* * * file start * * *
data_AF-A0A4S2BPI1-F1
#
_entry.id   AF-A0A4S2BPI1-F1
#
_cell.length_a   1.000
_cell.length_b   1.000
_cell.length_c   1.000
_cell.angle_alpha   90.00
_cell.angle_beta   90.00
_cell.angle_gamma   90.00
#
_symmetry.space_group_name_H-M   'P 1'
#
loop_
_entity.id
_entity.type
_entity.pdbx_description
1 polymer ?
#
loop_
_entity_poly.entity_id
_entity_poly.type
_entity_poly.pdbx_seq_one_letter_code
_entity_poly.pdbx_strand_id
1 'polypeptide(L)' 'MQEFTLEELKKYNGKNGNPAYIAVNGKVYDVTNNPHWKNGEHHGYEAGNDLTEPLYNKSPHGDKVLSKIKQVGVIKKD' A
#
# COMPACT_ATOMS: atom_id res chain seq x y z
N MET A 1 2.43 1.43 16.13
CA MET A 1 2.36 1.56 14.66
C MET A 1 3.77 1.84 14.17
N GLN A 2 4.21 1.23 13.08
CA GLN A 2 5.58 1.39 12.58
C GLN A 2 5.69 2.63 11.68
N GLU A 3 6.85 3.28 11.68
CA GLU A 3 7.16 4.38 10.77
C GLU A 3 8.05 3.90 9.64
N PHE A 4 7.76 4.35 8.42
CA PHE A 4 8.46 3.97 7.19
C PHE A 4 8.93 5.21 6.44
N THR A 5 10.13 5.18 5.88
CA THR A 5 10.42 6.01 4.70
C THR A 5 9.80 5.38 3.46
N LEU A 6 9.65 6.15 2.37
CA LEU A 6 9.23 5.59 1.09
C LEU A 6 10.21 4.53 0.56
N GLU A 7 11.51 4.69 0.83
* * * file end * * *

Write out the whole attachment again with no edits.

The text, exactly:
data_AF-A0A4S2BPI1-F1
#
_entry.id   AF-A0A4S2BPI1-F1
#
_cell.length_a   1.000
_cell.length_b   1.000
_cell.length_c   1.000
_cell.angle_alpha   90.00
_cell.angle_beta   90.00
_cell.angle_gamma   90.00
#
_symmetry.space_group_name_H-M   'P 1'
#
loop_
_entity.id
_entity.type
_entity.pdbx_description
1 polymer ?
#
loop_
_entity_poly.entity_id
_entity_poly.type
_entity_poly.pdbx_seq_one_letter_code
_entity_poly.pdbx_strand_id
1 'polypeptide(L)' 'MQEFTLEELKKYNGKNGNPAYIAVNGKVYDVTNNPHWKNGEHHGYEAGNDLTEPLYNKSPHGDKVLSKIKQVGVIKKD' A
#
# COMPACT_ATOMS: atom_id res chain seq x y z
N MET A 1 2.43 1.43 16.13
CA MET A 1 2.36 1.56 14.66
C MET A 1 3.77 1.84 14.17
N GLN A 2 4.21 1.23 13.08
CA GLN A 2 5.58 1.39 12.58
C GLN A 2 5.69 2.63 11.68
N GLU A 3 6.85 3.28 11.68
CA GLU A 3 7.16 4.38 10.77
C GLU A 3 8.05 3.90 9.64
N PHE A 4 7.76 4.35 8.42
CA PHE A 4 8.46 3.97 7.19
C PHE A 4 8.93 5.21 6.44
N THR A 5 10.13 5.18 5.88
CA THR A 5 10.42 6.01 4.70
C THR A 5 9.80 5.38 3.46
N LEU A 6 9.65 6.15 2.37
CA LEU A 6 9.23 5.59 1.09
C LEU A 6 10.21 4.53 0.56
N GLU A 7 11.51 4.69 0.83